• encourage innovative teaching practices that foster a positive attitude to change and also to equity, diversity and inclusion
  • raise awareness about European added value and support the trainers to implement our European competence standards and use the existing resources
  • To improve access and dissemination of resources and training and assessment offers by joining our earth and straw bale networks’ on-line channels
  • create a collaborative and common European web portal for straw bale and earth building training, addressing learners, trainers, assessors, training centres and certifying bodies, including a dynamic on-line calendar for training and assessment offers



  • The development of studies, policies and support for the development of bio-sourced and short-chain pathways in France and Europe is an opportunity to develop qualified vocational training around eco-building giving a large place to the earth and straw.
  • Europe definitely needs good (better) training and education in natural building, to enhance the building-market, guarantee the quality and competence of the craftsmen and offer security to clients, who want to build in a more sustainable way.
  • Connect! (Links are as important as the elements of the system)
  • Without a vision technology is aseptic

on a European level and needs of national organisations

  • define “sustainable”
  • define the current state for construction, for the trainers
  • make a frame as open as possible where everything fits in

methods to evaluate

  • building systems
  • materials
  • technology
  • CO2, LCA (life cycle analysis
  • understand LCA: different choices lead to different effects
  • global approach
  • knowledge to evaluate the effect (ex. same value, different effect)

Change =

  • new/unknown
  • evolving continuously
  • freedom
  • confidence

Trainers, as well as trainees, also need a better understanding of the economical/financially factors, which lead to the final prize of an ecological building (calculation). Especially the part of the logistics (craftsmen, materials, time schedules) can save a lot of money, much more than the participation in the building process. With such a know-how trainer can educate trainees (future craftsmen, start-ups, building companies) not only in the competences of natural building but also in their ability to offer their work to much wider target groups.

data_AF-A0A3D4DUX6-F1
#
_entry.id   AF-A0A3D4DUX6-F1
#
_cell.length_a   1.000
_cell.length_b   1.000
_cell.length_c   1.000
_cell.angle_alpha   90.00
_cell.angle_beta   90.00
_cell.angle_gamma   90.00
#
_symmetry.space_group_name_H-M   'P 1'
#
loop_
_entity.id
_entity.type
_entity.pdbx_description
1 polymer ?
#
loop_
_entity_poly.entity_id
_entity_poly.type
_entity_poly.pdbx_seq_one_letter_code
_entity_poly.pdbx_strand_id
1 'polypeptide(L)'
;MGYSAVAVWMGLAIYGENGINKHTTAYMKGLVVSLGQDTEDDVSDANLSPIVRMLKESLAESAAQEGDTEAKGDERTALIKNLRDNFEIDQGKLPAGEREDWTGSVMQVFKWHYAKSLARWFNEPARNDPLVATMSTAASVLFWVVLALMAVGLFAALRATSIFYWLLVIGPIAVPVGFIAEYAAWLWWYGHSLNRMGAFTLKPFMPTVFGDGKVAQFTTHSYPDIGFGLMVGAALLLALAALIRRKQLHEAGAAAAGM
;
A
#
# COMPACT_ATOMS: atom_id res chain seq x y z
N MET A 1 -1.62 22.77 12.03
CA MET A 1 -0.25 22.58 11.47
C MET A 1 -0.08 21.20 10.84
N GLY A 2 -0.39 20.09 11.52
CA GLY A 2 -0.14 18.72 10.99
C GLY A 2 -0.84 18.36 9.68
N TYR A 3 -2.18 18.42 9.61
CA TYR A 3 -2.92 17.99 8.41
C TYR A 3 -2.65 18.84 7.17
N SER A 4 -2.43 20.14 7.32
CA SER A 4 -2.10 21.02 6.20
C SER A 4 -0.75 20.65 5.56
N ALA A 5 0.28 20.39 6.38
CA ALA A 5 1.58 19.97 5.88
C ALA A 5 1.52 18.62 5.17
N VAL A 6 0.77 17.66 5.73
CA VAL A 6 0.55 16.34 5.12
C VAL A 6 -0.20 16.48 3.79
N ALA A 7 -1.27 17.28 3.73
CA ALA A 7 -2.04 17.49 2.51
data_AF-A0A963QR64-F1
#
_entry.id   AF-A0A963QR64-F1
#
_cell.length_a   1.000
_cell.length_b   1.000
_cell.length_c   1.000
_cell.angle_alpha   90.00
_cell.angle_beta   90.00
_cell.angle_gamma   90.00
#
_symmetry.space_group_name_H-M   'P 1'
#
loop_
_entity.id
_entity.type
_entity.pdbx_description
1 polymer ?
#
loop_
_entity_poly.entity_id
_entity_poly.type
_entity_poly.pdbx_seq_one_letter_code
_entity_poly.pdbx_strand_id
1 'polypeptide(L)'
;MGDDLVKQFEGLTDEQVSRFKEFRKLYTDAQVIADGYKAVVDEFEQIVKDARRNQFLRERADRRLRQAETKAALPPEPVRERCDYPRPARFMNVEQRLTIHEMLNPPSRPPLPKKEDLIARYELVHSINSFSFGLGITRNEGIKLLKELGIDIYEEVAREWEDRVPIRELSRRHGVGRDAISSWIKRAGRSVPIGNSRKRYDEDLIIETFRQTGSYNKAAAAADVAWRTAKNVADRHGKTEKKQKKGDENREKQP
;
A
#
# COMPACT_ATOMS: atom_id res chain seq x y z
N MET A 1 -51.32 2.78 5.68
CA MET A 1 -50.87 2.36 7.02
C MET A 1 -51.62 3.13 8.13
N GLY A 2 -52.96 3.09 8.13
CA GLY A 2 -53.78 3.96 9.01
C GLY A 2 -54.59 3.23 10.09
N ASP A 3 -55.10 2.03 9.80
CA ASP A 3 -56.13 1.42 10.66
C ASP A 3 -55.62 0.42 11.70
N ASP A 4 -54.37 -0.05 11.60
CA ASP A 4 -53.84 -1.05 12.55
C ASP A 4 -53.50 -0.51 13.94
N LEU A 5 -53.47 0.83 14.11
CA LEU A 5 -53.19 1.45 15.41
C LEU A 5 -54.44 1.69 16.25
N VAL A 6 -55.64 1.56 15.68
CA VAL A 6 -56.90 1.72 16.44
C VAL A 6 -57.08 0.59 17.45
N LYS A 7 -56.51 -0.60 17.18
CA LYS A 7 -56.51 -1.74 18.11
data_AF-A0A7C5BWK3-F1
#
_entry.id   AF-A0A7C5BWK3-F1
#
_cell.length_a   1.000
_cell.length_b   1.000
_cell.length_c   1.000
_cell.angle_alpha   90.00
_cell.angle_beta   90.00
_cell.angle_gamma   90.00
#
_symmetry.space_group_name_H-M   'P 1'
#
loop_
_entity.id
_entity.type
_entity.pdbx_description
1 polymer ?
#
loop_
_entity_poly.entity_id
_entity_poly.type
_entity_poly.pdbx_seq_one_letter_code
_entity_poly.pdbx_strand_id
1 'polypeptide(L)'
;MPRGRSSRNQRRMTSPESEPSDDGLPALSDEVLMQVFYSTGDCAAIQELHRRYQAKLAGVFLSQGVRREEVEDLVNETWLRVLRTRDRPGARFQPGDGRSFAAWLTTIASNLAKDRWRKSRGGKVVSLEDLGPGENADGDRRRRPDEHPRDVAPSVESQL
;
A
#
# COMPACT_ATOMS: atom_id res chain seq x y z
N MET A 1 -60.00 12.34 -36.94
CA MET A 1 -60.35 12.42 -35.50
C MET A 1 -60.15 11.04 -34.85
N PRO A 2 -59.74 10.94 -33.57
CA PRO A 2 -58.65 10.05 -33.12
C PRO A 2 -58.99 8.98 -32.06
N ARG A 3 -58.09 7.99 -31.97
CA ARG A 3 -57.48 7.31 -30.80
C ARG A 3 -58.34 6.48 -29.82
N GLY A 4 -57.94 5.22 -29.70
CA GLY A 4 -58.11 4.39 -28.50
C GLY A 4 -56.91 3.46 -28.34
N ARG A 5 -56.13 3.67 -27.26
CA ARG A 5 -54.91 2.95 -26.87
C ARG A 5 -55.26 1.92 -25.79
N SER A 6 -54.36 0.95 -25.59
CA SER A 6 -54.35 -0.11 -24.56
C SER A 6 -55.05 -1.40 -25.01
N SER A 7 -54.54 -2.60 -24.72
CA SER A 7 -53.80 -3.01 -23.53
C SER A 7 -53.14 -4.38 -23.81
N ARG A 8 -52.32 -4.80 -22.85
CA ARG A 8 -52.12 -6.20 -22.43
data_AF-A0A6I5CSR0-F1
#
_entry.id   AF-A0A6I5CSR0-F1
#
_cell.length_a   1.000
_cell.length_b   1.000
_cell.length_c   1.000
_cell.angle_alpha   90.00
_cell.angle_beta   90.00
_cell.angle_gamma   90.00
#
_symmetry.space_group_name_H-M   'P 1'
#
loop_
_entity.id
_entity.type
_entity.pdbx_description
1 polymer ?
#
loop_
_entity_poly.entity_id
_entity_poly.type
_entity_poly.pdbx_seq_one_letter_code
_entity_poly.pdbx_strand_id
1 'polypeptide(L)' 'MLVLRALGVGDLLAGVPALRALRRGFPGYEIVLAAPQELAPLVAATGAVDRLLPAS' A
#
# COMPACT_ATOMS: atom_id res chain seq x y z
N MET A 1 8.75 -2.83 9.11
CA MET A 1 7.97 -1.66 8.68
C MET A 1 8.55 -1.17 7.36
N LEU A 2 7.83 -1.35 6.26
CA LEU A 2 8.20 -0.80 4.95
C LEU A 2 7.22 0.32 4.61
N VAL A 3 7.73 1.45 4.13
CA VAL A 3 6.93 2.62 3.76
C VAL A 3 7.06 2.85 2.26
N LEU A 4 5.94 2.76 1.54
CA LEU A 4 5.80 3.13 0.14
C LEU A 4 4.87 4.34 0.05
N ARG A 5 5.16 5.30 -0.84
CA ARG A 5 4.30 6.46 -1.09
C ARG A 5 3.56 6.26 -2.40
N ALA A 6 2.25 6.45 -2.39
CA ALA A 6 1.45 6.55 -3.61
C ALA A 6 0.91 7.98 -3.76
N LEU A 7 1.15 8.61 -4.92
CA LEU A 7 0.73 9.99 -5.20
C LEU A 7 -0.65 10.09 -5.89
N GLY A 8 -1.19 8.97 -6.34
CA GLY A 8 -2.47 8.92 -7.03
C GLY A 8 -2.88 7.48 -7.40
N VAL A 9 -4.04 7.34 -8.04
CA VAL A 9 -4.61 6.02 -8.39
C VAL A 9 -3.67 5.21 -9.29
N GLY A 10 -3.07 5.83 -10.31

Strawbale and earth building projects are out of the framework => be prepared while asking for a job/ asking for permission to build

learn for real life:

  • prepare for future jobs
  • prepare for building own house
  • with ‘unusual” materials
  • (self) confidence

change =

  • new/unknown
  • evolving continuously
  • freedom
  • confidence

experience cooperation and communication

cooperate with builders:

  • transfer the knowledge to workers used to conventional materials
  • communicate about the objectives of the work in progress

communicate with clients:
understand how their vision and ideas fir with the project/with the natural materials

communicate with politicians:

  • clarify information
  • put a framework
  • relate with reality
  • direct experience (doing, visiting) more effective than talk


  • How to be recognized, accepted as a trainer? (Label? Accreditation?)
  • share assessment practice
  • teaching materials, lesson plans
  • tools to elaborate teaching materials together/ share/ improve
  • confidence in introducing new pedagogical approaches and tools for delivering outputs of learning in the green building sector.
  • little knowledge of European work

They exchange very few between themselves at national and European level, or on a small common denominator (a technique, a material …), and thus do not share a culture identified in terms of technical and pedagogical tools, codes and practices. This results in a wide variety of approaches to sustainable development. If this diversity seems to allow complementarities, it would be more beneficial if these approaches were articulated within a collective discursive universe.


  • provide trainers with teaching tools
  • market the training and assessment offer TAO
  • train / professionalize trainers
  • methods to assess trainers competence
  • capture/transcribe the craftsmen’s know-how
  • trainers aware of / familiar with/ able to
  • There is a history (or herstory) of the organisation, of the qualification, of the network etc.
  • building site organisation skills
  • how to organise mobility
  • the necessity to continue to learn themselves
  • companions


  • Database
  • Information flow, initiated by actors heavily involved in local development, social economy The strength of this


  • Trainers working for small training centres, most of them are not permanent trainers and also work as craftspeople, many having their own business
  • MoU signatories


  • Reinforce our network dynamics: increase of knowledge and confidence between training centres, with the aim to increase mobility opportunities including assessment of learning outcomes for learners
  • Broadening the vision and knowledge of trainers on the diversity of vocational training practices in European eco-construction
  • Modular training programme on ecological building does not exist in some countries so developing the framework for this is a prior interest and doing this in a European-wide collaborative way seems to be the right approach
  • Harmonizing skill, share and development of training resources at European level is one more step toward the creation of the conditions for the implementation of European mobilities for trainers and trainees in vocational training in eco-construction

The European dimension is a reality and a willingness of the actor in training practices, mobility of people and the transfer of know-how that accompanies it.
Creation of a network dynamics: increased knowledge and trust between vocational training organizations and eco-construction.
Broadening the vision and knowledge of trainers on the diversity of vocational training practices in European sustainable development